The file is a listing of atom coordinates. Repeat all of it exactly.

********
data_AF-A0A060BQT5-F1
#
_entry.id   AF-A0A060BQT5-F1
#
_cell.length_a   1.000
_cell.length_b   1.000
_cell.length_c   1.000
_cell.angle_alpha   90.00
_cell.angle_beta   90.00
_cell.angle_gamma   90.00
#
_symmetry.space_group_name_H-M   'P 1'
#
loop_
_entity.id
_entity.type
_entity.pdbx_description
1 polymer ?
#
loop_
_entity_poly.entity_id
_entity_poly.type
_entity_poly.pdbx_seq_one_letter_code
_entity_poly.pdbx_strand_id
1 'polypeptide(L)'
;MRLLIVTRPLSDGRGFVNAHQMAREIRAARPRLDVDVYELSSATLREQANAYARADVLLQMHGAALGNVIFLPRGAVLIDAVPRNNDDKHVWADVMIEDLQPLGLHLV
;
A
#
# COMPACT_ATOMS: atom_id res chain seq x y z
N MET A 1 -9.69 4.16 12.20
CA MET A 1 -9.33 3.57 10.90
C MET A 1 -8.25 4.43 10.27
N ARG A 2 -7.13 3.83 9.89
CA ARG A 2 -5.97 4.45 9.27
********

data_AF-A0A060BQT5-F1
#
_entry.id   AF-A0A060BQT5-F1
#
_cell.length_a   1.000
_cell.length_b   1.000
_cell.length_c   1.000
_cell.angle_alpha   90.00
_cell.angle_beta   90.00
_cell.angle_gamma   90.00
#
_symmetry.space_group_name_H-M   'P 1'
#
loop_
_entity.id
_entity.type
_entity.pdbx_description
1 polymer ?
#
loop_
_entity_poly.entity_id
_entity_poly.type
_entity_poly.pdbx_seq_one_letter_code
_entity_poly.pdbx_strand_id
1 'polypeptide(L)'
;MRLLIVTRPLSDGRGFVNAHQMAREIRAARPRLDVDVYELSSATLREQANAYARADVLLQMHGAALGNVIFLPRGAVLIDAVPRNNDDKHVWADVMIEDLQPLGLHLV
;
A
#
# COMPACT_ATOMS: atom_id res chain seq x y z
N MET A 1 -9.69 4.16 12.20
CA MET A 1 -9.33 3.57 10.90
C MET A 1 -8.25 4.43 10.27
N ARG A 2 -7.13 3.83 9.89
CA ARG A 2 -5.97 4.45 9.27